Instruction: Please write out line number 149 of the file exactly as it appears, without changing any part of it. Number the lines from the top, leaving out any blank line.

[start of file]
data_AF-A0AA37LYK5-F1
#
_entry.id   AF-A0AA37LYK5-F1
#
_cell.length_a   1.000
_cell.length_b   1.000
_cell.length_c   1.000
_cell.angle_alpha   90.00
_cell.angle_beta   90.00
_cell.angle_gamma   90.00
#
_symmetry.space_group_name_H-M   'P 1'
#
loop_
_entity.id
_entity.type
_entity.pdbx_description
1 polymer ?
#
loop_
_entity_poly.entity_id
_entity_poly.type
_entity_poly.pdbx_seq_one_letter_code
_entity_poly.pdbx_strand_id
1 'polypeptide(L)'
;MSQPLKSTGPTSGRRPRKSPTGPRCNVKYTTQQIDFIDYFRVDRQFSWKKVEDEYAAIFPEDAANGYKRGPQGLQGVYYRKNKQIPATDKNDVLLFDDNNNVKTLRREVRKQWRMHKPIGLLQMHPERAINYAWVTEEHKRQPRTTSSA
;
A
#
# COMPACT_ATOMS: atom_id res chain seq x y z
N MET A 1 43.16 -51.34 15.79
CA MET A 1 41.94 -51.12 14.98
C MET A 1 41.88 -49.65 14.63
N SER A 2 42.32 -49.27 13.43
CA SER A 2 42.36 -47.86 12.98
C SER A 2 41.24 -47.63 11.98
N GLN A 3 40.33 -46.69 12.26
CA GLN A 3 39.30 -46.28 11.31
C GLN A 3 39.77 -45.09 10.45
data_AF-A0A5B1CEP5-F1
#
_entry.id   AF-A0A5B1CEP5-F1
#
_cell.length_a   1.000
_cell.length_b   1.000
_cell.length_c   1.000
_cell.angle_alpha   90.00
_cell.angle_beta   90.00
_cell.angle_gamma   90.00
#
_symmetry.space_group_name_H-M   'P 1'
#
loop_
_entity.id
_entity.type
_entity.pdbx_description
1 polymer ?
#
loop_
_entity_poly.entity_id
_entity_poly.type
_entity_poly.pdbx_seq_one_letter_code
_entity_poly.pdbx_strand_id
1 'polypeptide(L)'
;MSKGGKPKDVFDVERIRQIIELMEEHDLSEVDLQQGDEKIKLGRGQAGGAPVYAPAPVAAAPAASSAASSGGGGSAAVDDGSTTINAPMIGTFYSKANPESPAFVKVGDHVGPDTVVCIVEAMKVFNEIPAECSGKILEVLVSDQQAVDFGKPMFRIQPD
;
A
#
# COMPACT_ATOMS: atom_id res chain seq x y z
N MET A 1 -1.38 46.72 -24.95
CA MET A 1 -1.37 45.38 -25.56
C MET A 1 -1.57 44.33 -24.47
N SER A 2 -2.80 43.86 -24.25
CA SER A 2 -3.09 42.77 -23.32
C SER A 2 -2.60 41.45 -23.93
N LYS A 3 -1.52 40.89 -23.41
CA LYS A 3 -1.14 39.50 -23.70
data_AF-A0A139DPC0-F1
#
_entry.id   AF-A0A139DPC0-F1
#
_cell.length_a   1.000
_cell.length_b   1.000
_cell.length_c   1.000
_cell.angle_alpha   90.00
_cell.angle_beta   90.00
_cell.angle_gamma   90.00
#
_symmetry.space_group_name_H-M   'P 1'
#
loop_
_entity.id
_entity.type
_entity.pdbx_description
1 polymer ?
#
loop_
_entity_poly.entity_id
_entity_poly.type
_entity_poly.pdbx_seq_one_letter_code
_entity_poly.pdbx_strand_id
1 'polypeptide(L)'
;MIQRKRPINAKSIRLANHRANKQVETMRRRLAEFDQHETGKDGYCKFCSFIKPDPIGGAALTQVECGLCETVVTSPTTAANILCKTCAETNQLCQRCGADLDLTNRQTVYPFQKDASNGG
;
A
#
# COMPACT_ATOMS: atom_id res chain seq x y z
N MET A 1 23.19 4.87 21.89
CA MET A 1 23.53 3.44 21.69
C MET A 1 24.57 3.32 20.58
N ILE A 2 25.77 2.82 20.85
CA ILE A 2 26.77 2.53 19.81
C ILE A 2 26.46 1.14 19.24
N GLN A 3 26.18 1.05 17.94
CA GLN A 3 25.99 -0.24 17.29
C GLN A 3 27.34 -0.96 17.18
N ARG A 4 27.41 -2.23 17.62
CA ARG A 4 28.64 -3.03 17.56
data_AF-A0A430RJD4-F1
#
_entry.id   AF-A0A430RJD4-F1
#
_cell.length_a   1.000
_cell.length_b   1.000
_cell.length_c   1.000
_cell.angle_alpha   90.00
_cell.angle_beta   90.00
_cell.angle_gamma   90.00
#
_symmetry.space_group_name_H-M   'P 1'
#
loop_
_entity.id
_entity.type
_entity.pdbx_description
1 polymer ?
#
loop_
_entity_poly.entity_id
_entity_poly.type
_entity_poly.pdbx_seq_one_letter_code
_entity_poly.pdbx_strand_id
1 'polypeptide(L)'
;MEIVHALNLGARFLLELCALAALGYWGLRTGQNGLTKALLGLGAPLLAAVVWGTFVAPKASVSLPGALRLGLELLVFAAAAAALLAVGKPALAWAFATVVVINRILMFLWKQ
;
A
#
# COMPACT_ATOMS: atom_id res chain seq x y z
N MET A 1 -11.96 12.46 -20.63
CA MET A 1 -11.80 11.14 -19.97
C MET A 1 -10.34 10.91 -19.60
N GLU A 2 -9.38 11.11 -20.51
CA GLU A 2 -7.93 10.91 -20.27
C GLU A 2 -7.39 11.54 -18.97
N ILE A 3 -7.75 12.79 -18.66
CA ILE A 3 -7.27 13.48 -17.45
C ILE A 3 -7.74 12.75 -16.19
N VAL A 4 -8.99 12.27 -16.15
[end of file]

N MET A 1 -11.96 12.46 -20.63